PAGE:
Even Simple Tasks Baffling for the O's
Heller, Dick, The Washington Times (Washington, DC)
I was going to visit Camden Yards this week, catch a few rays between raindrops and see whether the Rangers could score, say, 27 runs against the Orioles' "pitching staff." (If you're wondering why the previous two words are in quotation marks, you must be a Major League Soccer fan.)
Trouble is, I didn't know when the next slugfest would start. One game or two? Last night or today? Game time of 7:35, 4:05 or 1:35? So I said to heck with it and watched David Letterman, whose worknight finishes earlier than the Orioles' anyway.
If you're looking for another negative aspect to the deeply disappointing '96 O's, this would seem to be it. We already knew the pitching was about the level of the Laurel Senior Women's Slo-Pitch League (sorry, ladies, I know that's an insult). We already knew it takes them longer to finish their business than a Congressman making a speech on C-SPAN. Now we know, too, that it's harder for them to get started than a '78 Nova on a cold morning.
The fiasco about rescheduling Monday night's rained-out game with Texas lasted so long that it appeared the Orioles might have to play it against the 1997 Rangers. In this case, making up nearly proved impossible to do.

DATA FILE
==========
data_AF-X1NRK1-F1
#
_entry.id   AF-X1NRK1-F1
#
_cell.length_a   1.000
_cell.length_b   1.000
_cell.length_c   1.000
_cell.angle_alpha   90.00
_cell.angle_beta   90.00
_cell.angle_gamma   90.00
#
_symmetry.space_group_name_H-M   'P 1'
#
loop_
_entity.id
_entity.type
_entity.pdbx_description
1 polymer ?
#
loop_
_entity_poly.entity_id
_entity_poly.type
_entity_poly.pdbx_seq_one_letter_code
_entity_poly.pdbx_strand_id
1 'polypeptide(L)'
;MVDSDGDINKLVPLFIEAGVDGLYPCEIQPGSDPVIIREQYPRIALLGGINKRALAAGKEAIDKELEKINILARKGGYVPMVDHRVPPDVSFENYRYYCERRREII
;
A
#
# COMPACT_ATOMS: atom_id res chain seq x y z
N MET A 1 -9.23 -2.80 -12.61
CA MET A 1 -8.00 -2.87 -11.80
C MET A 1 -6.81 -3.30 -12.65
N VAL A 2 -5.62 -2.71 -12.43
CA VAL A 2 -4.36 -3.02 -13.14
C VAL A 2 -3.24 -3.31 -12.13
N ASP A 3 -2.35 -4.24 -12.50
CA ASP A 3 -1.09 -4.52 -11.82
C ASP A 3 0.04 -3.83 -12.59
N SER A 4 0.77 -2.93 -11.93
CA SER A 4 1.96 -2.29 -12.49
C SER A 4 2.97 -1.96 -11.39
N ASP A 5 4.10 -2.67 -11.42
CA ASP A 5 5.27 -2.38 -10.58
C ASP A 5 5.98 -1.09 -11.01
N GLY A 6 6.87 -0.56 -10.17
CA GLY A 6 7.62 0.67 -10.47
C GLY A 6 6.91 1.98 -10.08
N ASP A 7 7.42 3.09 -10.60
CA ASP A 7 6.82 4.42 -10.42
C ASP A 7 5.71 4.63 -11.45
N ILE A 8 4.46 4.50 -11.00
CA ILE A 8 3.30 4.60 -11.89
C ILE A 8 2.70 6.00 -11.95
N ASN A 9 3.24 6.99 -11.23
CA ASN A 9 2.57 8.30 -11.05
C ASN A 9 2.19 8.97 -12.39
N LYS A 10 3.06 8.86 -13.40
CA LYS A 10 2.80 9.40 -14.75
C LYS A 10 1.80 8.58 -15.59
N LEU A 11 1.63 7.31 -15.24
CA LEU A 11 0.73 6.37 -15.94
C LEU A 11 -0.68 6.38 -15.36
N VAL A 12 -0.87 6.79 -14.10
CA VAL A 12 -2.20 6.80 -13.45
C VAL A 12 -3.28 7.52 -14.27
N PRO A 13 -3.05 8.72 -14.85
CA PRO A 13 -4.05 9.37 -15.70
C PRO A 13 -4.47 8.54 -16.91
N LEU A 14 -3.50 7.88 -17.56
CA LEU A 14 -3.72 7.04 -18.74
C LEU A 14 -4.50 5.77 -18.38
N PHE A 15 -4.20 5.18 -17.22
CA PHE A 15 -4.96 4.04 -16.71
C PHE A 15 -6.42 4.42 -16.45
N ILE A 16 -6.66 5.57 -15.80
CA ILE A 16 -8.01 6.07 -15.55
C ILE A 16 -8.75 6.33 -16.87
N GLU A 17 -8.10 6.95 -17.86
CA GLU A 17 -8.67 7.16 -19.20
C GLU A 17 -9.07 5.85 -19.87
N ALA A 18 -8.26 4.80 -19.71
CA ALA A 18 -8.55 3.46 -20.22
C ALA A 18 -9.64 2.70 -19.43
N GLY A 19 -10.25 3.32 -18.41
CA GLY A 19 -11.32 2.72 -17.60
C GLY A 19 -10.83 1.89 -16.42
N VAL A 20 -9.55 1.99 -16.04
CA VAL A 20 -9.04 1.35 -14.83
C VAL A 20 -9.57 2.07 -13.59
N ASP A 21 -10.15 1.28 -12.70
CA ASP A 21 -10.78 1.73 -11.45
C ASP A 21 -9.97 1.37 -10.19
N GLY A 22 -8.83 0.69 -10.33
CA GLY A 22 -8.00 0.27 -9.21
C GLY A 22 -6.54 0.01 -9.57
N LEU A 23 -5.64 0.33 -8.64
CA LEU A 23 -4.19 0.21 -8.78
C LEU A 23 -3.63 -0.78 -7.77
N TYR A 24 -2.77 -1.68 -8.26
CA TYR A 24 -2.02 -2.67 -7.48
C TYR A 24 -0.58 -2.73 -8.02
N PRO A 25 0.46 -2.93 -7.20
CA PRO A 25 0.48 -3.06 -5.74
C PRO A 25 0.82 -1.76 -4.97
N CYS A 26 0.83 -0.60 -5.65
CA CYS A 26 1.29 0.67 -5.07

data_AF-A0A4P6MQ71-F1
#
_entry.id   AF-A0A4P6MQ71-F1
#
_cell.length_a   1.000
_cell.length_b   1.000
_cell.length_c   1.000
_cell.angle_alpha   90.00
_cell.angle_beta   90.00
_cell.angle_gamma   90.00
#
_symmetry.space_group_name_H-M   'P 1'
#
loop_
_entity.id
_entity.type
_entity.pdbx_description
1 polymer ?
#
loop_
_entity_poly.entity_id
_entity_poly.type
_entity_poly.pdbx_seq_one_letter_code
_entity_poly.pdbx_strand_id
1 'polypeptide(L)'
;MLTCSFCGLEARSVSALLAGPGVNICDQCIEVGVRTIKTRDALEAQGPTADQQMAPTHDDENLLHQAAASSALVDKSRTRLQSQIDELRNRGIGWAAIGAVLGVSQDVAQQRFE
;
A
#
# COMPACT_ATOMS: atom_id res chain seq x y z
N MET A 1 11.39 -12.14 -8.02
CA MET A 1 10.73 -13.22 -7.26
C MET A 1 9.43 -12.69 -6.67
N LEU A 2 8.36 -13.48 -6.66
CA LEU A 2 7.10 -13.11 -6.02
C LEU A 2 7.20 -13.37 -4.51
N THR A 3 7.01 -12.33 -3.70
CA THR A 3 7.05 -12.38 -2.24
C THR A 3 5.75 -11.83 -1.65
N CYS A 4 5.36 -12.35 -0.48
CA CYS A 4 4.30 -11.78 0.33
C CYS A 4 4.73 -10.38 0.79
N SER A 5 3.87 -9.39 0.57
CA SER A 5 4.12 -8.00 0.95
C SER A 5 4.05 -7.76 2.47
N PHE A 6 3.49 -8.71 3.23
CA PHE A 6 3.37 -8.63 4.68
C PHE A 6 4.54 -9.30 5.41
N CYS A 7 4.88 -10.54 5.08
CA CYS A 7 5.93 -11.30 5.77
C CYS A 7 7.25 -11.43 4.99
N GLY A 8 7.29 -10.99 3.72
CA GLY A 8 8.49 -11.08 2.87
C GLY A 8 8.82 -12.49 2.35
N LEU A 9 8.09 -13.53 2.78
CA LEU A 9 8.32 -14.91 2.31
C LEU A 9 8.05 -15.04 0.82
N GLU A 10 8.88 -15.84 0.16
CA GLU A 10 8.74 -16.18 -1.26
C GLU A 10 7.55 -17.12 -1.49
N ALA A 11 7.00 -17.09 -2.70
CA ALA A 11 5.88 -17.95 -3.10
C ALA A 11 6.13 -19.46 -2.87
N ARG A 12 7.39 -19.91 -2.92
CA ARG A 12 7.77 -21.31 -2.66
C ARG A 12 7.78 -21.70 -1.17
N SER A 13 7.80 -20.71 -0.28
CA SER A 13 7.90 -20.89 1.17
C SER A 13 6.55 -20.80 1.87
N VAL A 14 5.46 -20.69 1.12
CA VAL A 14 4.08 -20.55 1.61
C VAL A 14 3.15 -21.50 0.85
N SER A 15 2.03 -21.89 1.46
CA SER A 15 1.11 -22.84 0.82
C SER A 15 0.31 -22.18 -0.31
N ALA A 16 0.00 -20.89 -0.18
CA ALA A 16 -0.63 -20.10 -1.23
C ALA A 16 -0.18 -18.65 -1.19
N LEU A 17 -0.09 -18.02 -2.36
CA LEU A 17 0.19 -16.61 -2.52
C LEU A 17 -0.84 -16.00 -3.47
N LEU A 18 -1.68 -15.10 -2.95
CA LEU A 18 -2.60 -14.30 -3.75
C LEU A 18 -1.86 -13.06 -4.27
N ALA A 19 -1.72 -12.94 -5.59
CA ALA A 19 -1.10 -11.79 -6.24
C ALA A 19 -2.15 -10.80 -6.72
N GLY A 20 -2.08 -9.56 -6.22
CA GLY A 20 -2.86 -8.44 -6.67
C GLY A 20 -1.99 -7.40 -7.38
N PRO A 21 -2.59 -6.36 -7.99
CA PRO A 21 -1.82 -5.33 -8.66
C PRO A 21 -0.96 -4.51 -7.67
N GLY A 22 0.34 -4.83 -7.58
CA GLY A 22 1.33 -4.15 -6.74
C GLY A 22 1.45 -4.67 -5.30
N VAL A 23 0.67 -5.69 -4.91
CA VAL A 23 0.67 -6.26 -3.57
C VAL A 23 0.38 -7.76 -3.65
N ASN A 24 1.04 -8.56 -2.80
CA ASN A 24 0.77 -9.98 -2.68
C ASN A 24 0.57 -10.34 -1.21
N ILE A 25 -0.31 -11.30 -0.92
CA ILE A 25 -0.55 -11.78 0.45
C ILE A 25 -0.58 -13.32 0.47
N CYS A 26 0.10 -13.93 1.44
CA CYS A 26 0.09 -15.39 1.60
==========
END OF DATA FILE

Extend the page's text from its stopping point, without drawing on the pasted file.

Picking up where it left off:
There were negotiations, charges, more negotiations and counter charges. Talks between the clubs began Monday evening and lasted until 3 a.m. They resumed Tuesday and went far unto the night without agreement.
Compared with the O's and Rangers, it would have been relatively easy for Bill and Hillary to reach accord with the special Senate Whitewater committee.
Bob Dole could have talked Colin Powell into becoming his running mate in less time. Heck, Yeltsin and Zyuganov could have settled the Russian election faster. (OK, Gennady, you can run things in St. Pete, I'll take Moscow, and we'll flip for Ekaterina Gordeeva.")
Let's see: The Rangers wanted to play this afternoon because they have to fly home for a series starting tomorrow. The Orioles wanted to play tonight to accommodate Monday's ticket-holders who might not be able to make a day game. Some players reported to the park earlier than usual Tuesday thinking a doubleheader would be played that night; Orioles batting coach Rick Downs learned that only a single game was scheduled from another coach in an adjoining men's room stall. …